Philosophy of Mind: Agency, Free-will and Consciousness
I also enjoy good philosophy of mind. Though this is not my main expertize, I got familiar with some of this fascinating literature, on the nature of causation, free-will, mental representations and consciousness, topics which our field of cognitive neuroscience also aspires to explain. I am happy to name a number of philosophers whose work has strongly stimulated and motivated me (I did not always agree with them) such as: John Searle, Daniel Dennett, Jerry Fodor, Alfred Mele, Robert Kane, James Woodward, Ned Block (I should add here the important classics : Plato, Decartes, Locke and Hume). Most of them are also interested in the field of cognitive neuroscience, and I believe that a combined scientific/philosophical investigation can be productive. In particular, I believe that a basic philosophical background (and practice) is essential for scientists who wish to venture into topics such as Consciousness and Free-Will, since without clarifying the meaning of these notions, much of the questions and the conclusions of their research are likely to be meaningless.
I will illustrate this with one example, on which I did some work. Does the neural mechanism of cognitive and decision processes imply that Free-Will and Agency are mere illusions? My answer to this is emphatically no. To understand why not, one needs to first understand that being free does not mean being free from the laws of nature and that free actions are actions that are carried out by the agent (via some evaluation of the alternatives) in the absence of external coercion. There are, however, important issues to explain. In what way are agents who do things, special? How is determination by laws of nature different from being controlled by a powerful indoctrinator? (and is education different from indoctrination? The answer is yes!). What is the role of luck/chance in our agency and moral responsibility? I did attempt an answer to these issues. To highlight the main idea in few lines: Agency involves more than the ability to cause events, it involves the ability to cause events in a robust and teleological (goal oriented) way. Thus agents are sources of robust teleological causation and responsibility for an event is tracked down to the earlier source of robust causation over the event and luck is an unavoidable and constitutive part of our identity. I tried to argue that this idea is consistent with our knowledge of neural dynamical processes, bases on convergent and divergent dynamics. So, I tend to conclude, that if people need an excuse for getting rid of free-will and responsibility in their life, they should find better ones than neuroscience.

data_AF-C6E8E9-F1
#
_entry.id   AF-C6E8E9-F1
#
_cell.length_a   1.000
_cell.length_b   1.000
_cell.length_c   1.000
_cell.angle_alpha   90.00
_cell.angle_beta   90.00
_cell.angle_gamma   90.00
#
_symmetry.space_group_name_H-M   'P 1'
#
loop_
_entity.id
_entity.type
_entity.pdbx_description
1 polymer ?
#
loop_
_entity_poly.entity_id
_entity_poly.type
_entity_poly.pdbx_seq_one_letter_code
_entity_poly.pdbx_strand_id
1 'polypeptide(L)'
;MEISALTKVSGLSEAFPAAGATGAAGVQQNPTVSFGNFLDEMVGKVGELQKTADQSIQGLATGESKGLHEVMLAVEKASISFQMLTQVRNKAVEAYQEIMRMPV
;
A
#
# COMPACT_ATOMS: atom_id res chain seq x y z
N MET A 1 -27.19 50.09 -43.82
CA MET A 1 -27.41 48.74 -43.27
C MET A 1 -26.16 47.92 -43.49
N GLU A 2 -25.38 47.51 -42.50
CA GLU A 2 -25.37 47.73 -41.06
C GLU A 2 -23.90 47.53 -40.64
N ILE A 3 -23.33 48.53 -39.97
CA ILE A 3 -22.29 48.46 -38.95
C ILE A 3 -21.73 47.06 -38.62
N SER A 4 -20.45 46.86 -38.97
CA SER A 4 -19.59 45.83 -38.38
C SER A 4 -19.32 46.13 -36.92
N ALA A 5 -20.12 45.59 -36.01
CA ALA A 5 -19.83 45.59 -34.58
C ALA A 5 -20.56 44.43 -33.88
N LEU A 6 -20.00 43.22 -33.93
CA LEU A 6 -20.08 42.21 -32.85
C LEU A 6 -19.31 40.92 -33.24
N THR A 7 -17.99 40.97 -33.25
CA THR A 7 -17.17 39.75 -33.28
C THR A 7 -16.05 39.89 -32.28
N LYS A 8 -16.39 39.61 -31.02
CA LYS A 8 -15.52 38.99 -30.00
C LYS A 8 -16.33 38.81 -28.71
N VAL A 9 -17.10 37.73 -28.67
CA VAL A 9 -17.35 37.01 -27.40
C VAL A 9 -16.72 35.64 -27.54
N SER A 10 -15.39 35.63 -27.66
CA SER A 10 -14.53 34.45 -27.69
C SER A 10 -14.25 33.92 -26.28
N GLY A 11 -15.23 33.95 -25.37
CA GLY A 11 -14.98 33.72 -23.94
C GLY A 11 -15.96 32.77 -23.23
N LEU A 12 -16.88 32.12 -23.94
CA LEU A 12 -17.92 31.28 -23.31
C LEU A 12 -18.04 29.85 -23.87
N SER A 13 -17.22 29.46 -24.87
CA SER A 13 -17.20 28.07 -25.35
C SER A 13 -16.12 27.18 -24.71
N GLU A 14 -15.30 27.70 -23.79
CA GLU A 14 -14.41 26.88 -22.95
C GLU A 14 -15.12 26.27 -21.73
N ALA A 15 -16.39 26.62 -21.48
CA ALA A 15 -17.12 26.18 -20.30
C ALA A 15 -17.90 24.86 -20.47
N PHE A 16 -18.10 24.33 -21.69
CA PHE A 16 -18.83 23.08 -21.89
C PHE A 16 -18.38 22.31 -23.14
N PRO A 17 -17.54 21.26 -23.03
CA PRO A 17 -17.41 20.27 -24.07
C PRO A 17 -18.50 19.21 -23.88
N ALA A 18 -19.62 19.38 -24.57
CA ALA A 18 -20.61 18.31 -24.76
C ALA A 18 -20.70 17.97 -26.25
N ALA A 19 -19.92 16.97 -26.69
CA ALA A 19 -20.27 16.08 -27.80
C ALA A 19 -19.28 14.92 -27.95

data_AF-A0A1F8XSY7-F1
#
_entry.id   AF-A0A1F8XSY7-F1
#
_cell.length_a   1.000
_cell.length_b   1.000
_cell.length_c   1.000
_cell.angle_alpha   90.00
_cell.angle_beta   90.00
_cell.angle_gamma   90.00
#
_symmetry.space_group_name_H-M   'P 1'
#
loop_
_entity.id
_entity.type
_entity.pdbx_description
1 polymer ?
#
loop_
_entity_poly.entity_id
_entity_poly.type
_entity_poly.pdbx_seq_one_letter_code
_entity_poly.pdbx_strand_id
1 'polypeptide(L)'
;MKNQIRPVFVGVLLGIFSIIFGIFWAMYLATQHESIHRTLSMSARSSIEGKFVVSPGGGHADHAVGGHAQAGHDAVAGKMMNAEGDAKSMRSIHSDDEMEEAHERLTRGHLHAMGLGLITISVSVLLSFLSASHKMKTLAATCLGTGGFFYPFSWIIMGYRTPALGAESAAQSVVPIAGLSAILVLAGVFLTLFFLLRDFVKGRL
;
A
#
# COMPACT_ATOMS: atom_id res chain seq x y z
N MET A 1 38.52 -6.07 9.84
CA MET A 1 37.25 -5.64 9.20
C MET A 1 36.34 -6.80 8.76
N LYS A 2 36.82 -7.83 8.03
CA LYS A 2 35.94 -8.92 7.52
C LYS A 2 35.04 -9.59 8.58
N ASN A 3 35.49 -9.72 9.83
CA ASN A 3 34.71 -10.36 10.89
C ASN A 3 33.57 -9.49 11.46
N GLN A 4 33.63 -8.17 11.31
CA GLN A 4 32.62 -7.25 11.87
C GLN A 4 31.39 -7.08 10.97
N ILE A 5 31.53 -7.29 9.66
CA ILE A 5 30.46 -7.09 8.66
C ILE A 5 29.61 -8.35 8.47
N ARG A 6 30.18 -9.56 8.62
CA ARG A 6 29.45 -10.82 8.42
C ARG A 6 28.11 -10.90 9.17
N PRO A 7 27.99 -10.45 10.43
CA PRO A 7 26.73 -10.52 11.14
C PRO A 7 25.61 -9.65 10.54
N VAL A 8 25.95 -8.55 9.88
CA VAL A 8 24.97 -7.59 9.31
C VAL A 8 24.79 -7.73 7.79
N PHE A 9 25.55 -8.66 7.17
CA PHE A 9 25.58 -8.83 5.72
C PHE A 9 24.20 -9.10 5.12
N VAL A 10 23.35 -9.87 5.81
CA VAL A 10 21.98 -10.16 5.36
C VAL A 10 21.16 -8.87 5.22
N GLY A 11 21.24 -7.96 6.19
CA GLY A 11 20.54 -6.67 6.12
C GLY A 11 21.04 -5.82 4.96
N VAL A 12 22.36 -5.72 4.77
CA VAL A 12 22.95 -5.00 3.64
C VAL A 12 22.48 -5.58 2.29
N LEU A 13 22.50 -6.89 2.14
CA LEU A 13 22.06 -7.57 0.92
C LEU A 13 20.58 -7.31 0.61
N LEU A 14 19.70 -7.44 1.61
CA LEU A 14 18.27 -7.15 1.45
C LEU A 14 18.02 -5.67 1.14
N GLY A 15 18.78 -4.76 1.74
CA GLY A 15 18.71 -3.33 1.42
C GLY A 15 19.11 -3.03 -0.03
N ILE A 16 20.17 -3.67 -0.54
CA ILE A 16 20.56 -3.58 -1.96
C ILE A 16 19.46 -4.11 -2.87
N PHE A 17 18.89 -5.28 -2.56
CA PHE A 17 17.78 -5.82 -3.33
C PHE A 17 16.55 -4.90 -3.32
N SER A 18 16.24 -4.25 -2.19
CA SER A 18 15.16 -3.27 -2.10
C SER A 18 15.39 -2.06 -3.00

The most difficult philosophical problem, it seems to me, is that of phenomenal consciousness. Together with Zohar Bronfman and Noam Brezis (PhD students at TAU) we are doing experimental investigations to detect fleeting traces of the phenomenal consciousness that are fragile and easy to loose access to (click here for a recent publication on this). Still, I suspect that a full answer to why a certain brain state feels the ways it does is not within our present horizon. See also labsite for more about these topics,